Green guidance as a methodology for bridge building in critical career transition points in university education
Heini Hult-Miekkavaara, expert in career counselling. University of Helsinki
We know for a fact that we are in the midst of an eco-social crisis, the seeds of which were sown at the start of the industrial revolution some 260 years ago, and rapidly boosted by the start of the Great Acceleration some 70 years ago. Today, we find ourselves to be firefighters in this crisis; putting out a fire we’ve come to fear is no longer extinguishable, or will at least leave our home with damage we can’t yet predict.
By now it should no longer be a novel idea to anyone in our profession that even us career guidance and counselling experts need, and must, address this issue. I’m sure we’ve all been faced with the questions of worried students, or students eager to make an impact through their work and careers.
Worsening ecosocial crises affect what can be perceived as fair work that will provide people means for living and a sense of meaning. On the other hand, working life is in a central role when addressing global environmental and ecological challenges. Career guidance and counselling is thus not only addressing individuals’ personal career concerns, but acts as a changing force in a profound societal transformation. The scale of this transformation in working life and careers is so fundamental that even the fundamentals of career guidance are quite rightly questioned. Peter Plant, for example, calls for a paradigm shift into green guidance.
Counselling and guidance professionals know that we have the means – and the responsibility – to be eco-socially aware in our work. The IAEVG Communiqué 2023, for example, states that “…our field must … consider the environmental impact of our actions and the actions of the clients and communities we serve”, and that “this requires educational and vocational guidance to consider ecological, planetary, and social foundations”. I’m sure we’ve all also met this on the grass-root level working with the concerns of our students.
Fortunately, we are already equipped with a lot of tools, as well as a crucial understanding and mindset stemming from the notion that considering and promoting social justice has always been the very cornerstone of our discipline. Understanding the transition into post-fossil industries and societies – and post-fossil careers – will give us more knowledge of the ‘how’ as we advance in this transformation. Alongside ‘how’ we need to be aware of ‘when’. When is the right time for green guidance, or using career counselling as a lever for the sustainability transition?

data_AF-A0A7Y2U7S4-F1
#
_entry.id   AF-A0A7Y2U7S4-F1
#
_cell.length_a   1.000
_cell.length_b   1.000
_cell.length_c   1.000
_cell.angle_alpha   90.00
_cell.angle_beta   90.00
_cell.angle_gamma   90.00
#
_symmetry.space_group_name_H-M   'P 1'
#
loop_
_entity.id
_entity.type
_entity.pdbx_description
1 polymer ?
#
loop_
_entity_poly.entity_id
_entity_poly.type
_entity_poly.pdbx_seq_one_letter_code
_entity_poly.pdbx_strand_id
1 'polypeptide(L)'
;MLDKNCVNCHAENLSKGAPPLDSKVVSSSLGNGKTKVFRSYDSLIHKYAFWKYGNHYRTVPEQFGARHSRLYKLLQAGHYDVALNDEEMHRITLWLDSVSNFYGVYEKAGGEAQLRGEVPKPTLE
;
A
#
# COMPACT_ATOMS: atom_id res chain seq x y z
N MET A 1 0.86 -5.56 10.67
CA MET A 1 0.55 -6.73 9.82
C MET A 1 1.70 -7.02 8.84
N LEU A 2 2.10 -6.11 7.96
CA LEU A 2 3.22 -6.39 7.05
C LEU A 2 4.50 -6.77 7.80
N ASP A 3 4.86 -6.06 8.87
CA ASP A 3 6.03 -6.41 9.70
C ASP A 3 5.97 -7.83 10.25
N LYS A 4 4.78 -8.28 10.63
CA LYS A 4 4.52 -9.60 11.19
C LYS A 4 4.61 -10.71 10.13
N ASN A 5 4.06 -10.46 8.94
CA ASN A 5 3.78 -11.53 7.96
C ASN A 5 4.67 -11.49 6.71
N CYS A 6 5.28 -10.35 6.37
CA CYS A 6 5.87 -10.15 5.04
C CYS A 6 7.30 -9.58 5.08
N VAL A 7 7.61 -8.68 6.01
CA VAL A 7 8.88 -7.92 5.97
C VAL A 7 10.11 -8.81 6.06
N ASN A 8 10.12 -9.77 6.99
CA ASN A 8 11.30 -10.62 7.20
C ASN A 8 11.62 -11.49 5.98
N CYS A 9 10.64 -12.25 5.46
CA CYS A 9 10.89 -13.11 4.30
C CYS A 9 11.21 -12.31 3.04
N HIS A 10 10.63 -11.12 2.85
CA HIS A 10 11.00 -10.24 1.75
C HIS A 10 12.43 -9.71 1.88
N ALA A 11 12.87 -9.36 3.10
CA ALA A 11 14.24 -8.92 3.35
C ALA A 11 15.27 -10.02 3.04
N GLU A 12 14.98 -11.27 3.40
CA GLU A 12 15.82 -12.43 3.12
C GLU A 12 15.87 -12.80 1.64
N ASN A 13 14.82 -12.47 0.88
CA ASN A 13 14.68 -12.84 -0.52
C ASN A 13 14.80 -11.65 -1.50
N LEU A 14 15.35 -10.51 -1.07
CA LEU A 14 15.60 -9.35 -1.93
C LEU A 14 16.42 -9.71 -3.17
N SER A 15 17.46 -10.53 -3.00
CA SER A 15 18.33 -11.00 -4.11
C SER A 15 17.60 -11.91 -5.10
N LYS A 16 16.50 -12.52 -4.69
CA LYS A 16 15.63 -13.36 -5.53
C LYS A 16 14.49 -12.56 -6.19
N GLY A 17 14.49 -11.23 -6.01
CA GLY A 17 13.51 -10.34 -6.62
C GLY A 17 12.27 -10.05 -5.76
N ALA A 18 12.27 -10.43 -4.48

I’ve noticed that there are certain gaps, or points of discontinuation, in our higher education system, when the tools of green guidance and addressing this societal transformation can, and should, be used.
We need to be building bridges at least across these gaps:
- The gap between secondary and higher education. The Finnish national curriculum for elementary education has had sustainability goals at least since 2007. Ecosocial bildung has been in the secondary school curriculum at least since 2019, when the UN SDGs and the idea of growing into a global citizen were incorporated into teaching at high schools. We can, of course, debate on how well we have succeeded, but at least in principle we have been educating environmentally and eco-socially conscious school generations for a while. What happens when they enter higher education? Is there a continuum, or will the students suddenly face a different mindset in their study programmes from the one they got used to in elementary and secondary education?
- The gap between so-called sustainability sciences and “other” scientific disciplines. This might sound like an unfair way to put this, I admit, since all sciences can and, in many cases are, perceived as sustainability sciences, or at least can be taught and researched with different sustainability angles. I’m labelling for the sake of making visible our still prevailing tendency to think that just as there are the so-called sustainability jobs and careers and the rest need not to work for the just green transition, there are fields which are counted as sustainability sciences, and ones that are still not yet taught with sustainability viewpoints. Thus, a student not studying an actual sustainability science might not see how their scientific field can enhance the sustainability transition.